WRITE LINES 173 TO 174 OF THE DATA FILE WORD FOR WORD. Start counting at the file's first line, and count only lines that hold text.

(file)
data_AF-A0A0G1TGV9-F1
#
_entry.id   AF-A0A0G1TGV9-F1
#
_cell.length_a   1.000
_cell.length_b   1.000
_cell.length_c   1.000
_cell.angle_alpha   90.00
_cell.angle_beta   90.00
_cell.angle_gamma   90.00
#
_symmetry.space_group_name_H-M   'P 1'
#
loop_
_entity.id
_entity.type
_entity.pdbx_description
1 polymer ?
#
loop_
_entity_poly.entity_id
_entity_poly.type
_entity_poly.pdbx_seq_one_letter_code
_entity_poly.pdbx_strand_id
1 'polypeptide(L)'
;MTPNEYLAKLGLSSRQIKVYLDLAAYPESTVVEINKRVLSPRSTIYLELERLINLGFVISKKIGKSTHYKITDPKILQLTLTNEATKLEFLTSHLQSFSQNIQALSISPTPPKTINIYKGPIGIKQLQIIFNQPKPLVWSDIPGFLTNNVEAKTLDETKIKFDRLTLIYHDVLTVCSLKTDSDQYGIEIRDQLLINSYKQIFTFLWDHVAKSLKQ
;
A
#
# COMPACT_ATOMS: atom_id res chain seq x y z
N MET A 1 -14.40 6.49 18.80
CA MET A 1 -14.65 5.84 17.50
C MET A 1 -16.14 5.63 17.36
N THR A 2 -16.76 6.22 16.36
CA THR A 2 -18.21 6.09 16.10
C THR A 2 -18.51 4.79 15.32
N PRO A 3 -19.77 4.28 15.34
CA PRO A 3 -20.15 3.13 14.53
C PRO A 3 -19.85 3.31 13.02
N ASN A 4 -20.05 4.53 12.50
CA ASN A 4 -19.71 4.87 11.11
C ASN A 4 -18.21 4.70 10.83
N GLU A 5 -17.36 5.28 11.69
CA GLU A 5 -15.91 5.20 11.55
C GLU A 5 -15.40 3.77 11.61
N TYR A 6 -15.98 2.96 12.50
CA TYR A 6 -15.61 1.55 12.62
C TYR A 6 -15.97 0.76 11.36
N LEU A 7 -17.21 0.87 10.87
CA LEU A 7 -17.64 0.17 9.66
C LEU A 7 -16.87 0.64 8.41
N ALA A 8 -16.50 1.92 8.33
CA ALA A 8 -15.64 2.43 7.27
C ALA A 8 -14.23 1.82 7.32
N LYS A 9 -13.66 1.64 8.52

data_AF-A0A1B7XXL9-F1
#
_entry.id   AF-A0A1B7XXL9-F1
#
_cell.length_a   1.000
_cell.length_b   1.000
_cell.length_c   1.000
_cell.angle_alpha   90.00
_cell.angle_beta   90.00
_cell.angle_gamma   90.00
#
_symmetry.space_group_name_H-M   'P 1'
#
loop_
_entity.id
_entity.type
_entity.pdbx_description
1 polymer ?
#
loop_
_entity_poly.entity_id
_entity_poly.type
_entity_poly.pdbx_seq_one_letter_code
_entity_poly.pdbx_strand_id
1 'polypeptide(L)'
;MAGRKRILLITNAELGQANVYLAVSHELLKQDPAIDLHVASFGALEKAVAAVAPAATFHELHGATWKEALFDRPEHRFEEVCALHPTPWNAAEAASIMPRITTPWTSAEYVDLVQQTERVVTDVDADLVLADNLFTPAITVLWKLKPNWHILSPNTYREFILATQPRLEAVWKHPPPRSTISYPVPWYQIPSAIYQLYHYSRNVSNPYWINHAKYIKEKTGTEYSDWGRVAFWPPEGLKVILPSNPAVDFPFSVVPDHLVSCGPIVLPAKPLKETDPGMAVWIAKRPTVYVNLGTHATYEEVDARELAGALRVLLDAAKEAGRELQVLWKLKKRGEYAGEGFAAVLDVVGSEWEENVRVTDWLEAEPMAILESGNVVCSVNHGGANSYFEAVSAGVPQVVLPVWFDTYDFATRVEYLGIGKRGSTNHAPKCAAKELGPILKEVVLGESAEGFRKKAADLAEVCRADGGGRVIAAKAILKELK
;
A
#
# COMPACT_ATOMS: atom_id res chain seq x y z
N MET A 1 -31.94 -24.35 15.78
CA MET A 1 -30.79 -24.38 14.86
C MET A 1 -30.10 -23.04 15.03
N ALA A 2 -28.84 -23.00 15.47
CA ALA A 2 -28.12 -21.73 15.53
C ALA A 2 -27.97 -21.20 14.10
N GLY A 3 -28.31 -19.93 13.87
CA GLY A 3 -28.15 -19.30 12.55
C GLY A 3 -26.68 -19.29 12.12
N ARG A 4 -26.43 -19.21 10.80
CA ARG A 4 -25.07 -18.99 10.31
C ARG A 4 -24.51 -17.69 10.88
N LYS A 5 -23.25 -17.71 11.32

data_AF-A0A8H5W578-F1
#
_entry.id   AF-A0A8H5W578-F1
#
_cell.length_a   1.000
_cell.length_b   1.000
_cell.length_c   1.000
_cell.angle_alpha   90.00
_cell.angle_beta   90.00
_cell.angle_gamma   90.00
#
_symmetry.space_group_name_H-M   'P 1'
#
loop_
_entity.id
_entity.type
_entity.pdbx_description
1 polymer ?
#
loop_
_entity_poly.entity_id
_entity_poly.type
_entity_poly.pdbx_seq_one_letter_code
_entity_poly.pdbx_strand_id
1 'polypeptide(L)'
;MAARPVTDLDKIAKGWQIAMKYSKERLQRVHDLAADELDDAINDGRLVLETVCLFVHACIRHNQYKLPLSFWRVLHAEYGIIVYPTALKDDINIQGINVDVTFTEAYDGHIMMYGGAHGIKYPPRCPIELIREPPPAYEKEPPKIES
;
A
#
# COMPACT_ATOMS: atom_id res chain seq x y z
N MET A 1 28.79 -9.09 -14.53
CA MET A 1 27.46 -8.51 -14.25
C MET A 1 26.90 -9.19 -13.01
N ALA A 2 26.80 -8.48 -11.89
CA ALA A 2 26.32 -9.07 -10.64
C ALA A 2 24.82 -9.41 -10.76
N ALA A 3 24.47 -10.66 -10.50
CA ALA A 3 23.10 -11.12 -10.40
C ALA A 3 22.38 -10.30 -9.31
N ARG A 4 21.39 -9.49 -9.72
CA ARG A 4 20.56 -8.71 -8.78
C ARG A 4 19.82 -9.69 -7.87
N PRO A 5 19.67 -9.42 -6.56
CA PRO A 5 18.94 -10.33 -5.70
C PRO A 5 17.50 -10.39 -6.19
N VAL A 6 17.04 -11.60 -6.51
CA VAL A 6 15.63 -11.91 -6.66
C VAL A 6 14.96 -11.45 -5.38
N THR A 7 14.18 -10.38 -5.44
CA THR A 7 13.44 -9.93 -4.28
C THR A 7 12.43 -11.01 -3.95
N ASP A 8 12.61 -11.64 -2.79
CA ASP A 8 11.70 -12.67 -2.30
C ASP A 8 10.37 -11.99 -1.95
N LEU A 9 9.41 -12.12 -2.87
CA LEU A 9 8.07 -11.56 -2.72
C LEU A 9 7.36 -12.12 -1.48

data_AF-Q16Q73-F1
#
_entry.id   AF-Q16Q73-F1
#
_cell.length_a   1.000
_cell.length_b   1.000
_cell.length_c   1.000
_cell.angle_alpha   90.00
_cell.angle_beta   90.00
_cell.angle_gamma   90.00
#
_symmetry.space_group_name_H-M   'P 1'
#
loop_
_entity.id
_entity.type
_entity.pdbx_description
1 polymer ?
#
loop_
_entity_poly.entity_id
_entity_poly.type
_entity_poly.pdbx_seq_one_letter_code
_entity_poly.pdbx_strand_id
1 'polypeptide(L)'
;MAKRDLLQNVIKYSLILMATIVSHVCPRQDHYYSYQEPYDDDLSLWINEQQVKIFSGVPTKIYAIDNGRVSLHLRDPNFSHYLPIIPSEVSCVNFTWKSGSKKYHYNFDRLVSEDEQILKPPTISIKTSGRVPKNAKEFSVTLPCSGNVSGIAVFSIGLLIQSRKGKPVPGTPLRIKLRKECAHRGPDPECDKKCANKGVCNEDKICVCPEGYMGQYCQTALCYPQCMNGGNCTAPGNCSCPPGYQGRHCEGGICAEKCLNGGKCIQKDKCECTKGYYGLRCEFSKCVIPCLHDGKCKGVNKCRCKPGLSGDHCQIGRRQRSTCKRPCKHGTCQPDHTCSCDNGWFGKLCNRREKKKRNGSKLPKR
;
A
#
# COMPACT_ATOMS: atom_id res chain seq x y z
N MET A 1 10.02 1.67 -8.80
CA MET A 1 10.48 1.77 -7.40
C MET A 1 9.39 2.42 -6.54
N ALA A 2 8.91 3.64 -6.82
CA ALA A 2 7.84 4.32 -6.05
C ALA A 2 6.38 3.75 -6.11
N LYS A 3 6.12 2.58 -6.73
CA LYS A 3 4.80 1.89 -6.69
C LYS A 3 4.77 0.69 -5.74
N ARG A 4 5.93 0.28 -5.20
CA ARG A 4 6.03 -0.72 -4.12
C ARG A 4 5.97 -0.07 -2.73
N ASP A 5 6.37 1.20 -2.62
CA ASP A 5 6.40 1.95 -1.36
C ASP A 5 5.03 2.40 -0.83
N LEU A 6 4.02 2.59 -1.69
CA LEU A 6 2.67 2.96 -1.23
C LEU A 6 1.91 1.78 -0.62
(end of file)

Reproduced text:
1 polymer ?
#